We have benefited from the support of the Chancellor’s Diversity Challenge Fund as well as various organizations at UNC Charlotte including the Center for Professional and Applied Ethics, the Department of Philosophy, the Women’s and Gender Studies Program, and the Center for Holocaust, Genocide and Human Rights Studies. In light of such support, in 2018 we were able to provide travel funding for eight workshop participants, as well as modest incentives for session organizers and graduate students.

The author chosen for the 2019 Feminist Decolonial Politics Workshop will be Audra Simpson [Mohawk]. More information for the May 2019 workshop will be posted on the website by January 1st 2019, with applications due February 1st. UNC Charlotte students, faculty, and staff are encouraged to apply. If you have any questions, please contact Dr. Elisabeth Paquette at epaquet1@uncc.edu.

2018 Feminist Decolonial Politics Workshop

The 2018 Feminist Decolonial Politics Workshop is no longer accepting applications. Workshop participants are encouraged to use the website to stay on top of current information for the upcoming workshop. Anyone who is interested in applying for the 2019 workshop can expect a CFP posted on this website in January 2019. Feel free to contact us if you have any questions or concerns.

2018 Feminist Decolonial Politics Workshop – Now Accepting Applications

This is the fourth annual Feminist Decolonial Politics Workshop, and we are looking forward to being able to engage this year with the work of Dr. Saidiya Hartman, including Lose Your Mother (2007) and Scenes of Subjection (1997). Dr. Hartman describes her major fields of interest as “African American and American literature and cultural history, slavery, law and literature, and performance studies.”

Anyone interested in participating in the workshop should submit an application that includes (a) a CV and (b) a cover letter stating why they are interested in the workshop. A rolling review of applications will begin on February 1st, 2018. This workshop is intended primarily for graduate students, junior scholars, untenured faculty, or independent scholars, but we encourage all to apply. Applications should be sent directly to epaquet1@uncc.edu.

In an attempt to ensure that those who are underfunded or lack adequate financial support are able to participate, travel funding is available. Anyone who is in need of travel funding is asked to submit a statement of need along with their application, as well as a budget detailing how they would use the funds. For full consideration for travel funds, please apply by February 1st, 2018.

 

2018 Feminist Decolonial Politics Workshop

We are very pleased to announce that the focus of the 2018 Feminist Decolonial Politics workshop is the work of Dr. Saidiya Hartman.

Dr. Hartman is Professor of English and Comparative Literature at Columbia University in New York. She is the author of Scenes of Subjection: Terror, Slavery, and Self-Making in Nineteenth Century America (Oxford University Press, 1997) and Lose Your Mother: A Journey Along the Atlantic Slave Route (Farrar, Straus and Giroux, 2007). She describes her major fields of interest as “African American and American literature and cultural history, slavery, law and literature, and performance studies.” This is the fourth annual Feminist Decolonial Politics workshop, and we are looking forward to being able to engage this year with Dr. Hartman’s books and a number of her articles.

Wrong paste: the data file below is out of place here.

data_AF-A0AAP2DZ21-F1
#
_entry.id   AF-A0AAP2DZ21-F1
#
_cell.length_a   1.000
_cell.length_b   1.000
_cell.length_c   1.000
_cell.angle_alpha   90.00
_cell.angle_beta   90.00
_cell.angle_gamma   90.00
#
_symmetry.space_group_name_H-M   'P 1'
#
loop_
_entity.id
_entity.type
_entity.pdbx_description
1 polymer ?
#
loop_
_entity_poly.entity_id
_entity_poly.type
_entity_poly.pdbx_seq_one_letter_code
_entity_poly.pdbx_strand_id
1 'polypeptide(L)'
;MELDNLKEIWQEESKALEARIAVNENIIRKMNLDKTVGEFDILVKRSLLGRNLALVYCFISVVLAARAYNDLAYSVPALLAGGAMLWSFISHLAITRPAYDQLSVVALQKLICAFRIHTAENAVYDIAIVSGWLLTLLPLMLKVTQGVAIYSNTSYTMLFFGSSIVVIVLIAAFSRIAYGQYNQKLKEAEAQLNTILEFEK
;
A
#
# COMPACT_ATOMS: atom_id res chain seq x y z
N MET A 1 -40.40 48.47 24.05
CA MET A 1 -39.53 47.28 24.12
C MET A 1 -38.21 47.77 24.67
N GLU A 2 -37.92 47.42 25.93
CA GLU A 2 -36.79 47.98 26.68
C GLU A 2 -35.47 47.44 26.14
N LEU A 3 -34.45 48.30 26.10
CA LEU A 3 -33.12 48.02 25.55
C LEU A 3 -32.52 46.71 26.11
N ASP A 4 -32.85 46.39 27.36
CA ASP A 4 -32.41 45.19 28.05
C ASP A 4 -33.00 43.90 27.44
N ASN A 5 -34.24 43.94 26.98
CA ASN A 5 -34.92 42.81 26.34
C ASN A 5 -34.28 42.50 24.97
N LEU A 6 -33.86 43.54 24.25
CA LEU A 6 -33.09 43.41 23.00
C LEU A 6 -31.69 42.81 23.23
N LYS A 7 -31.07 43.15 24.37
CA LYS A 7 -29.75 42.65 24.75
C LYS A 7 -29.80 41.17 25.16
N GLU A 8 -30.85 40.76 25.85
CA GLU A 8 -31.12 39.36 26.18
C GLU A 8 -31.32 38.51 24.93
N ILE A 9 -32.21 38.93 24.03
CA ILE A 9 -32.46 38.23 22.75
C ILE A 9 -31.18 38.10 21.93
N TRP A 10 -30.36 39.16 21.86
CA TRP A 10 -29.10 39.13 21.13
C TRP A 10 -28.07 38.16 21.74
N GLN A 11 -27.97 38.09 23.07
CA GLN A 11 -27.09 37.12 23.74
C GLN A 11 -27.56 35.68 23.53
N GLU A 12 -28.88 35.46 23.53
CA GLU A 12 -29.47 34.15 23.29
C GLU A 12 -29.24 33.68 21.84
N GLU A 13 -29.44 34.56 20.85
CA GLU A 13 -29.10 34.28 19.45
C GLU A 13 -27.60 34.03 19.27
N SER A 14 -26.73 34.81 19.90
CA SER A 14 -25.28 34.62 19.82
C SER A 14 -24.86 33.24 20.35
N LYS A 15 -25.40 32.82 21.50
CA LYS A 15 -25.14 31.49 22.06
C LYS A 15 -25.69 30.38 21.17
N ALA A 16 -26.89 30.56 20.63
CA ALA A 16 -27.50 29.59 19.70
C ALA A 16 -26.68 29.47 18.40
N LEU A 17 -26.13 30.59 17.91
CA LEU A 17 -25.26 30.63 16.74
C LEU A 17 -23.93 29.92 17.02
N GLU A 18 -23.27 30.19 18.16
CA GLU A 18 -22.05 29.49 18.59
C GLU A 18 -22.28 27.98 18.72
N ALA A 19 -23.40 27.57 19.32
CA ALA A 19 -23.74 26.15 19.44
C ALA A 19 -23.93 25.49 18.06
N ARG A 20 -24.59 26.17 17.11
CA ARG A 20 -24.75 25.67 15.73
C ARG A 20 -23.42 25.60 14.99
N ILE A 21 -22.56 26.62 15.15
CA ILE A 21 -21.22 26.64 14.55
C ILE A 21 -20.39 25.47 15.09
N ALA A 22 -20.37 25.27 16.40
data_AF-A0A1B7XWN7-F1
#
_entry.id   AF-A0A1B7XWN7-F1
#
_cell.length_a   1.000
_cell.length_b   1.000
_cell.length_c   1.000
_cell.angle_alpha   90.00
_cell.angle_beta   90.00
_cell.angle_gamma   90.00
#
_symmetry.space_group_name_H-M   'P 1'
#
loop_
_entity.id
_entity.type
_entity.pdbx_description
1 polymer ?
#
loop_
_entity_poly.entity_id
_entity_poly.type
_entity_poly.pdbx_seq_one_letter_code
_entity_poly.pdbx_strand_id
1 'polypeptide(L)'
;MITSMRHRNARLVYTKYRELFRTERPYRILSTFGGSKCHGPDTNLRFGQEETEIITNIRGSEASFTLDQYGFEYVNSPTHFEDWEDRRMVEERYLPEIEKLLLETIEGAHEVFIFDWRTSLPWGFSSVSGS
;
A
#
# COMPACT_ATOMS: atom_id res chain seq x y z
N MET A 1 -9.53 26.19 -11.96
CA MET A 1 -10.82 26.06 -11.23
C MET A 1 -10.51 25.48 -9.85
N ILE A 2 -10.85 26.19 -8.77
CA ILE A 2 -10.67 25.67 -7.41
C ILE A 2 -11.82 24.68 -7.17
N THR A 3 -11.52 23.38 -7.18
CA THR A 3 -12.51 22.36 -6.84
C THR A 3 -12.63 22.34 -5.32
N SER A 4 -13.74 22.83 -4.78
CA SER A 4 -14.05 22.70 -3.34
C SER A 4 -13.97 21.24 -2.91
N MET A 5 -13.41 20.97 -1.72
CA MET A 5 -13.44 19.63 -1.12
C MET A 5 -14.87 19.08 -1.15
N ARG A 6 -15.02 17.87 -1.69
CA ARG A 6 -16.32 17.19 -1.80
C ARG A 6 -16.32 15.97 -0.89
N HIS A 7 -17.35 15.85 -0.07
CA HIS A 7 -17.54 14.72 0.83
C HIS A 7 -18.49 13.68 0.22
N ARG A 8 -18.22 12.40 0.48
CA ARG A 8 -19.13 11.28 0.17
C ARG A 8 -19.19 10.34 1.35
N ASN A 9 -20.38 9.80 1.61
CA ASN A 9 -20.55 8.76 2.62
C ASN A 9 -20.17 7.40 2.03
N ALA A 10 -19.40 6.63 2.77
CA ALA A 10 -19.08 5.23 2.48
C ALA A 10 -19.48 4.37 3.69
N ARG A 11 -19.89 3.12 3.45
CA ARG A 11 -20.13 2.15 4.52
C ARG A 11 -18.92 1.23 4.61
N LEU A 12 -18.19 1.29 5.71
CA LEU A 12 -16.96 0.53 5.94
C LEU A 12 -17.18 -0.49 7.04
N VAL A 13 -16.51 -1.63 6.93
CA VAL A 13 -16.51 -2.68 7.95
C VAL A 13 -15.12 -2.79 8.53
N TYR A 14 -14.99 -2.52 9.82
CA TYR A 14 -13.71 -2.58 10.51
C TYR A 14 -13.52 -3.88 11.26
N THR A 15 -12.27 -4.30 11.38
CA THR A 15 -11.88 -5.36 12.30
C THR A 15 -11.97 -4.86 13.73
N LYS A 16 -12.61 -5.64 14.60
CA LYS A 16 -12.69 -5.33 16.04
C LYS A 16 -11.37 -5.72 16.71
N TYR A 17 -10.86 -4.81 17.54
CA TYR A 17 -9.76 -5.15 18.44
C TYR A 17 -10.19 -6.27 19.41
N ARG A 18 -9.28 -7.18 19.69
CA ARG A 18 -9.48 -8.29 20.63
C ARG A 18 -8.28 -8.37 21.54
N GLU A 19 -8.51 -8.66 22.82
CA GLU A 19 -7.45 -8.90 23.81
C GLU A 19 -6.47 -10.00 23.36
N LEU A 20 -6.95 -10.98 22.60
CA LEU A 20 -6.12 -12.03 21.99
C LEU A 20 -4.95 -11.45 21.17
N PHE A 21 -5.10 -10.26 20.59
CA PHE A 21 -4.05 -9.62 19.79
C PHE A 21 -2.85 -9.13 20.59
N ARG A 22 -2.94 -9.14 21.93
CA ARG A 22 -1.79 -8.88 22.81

The workshop will take place in Charlotte, NC, from Tuesday, May 22nd until Friday, May 25th, 2018. Information about applying to the workshop will be available on the website by December 1st 2017. If you have any questions, please feel free to contact us at epaquet1@uncc.edu.

2017 Feminist Decolonial Politics Workshop

The focus of the Feminist Decolonial Politics workshop for the summer of 2017 is the work of Sara Ahmed.

Sara Ahmed is a feminist writer, scholar, and activist. She is the author of several books including: Differences that Matter: Feminist Theory and Postmodernism (1998); Strange Encounters: Embodied Others in Post-Coloniality (2000); The Cultural Politics of Emotion (2004); Willful Subjects; On Being Included: Racism and Diversity in Institutional Life (2012); The Promise of Happiness (2010); and Queer Phenomenology: Orientations, Object, Others (2006). Her most recent text, Living Feminist Life, will be published in early 2017. You can access her blog feminist killjoys hereThe workshop concludes with a Skype conversation with Dr. Ahmed!

Anyone interested in participating in this workshop should submit an application that includes (a) a CV as well as (b) a cover letter stating why you are interested in the workshop. A rolling review of applications will begin on February 15th 2017. This workshop is intended primarily for graduate students, junior scholars, untenured faculty, or independent scholars, but we encourage all to apply. Applications should be sent directly to epaquet1@uncc.edu.

While we encourage all participants to apply to their departments for travel funding, we also recognise that this is not always possible. In an attempt to ensure that those who are underfunded or lack adequate support are able to participate, some travel funding is available for participants. The travel funding will be allocated on a sliding scale basis. Anyone who is in need of additional travel funding is asked to submit a statement of need along with their application, as well as a budget detailing how they would use the funds. For full consideration for a travel award, please apply by February 15th, 2017.

Travel funds were made possible through the small grant fund of the University of North Carolina at Charlotte’s Chancellor’s Diversity Grant.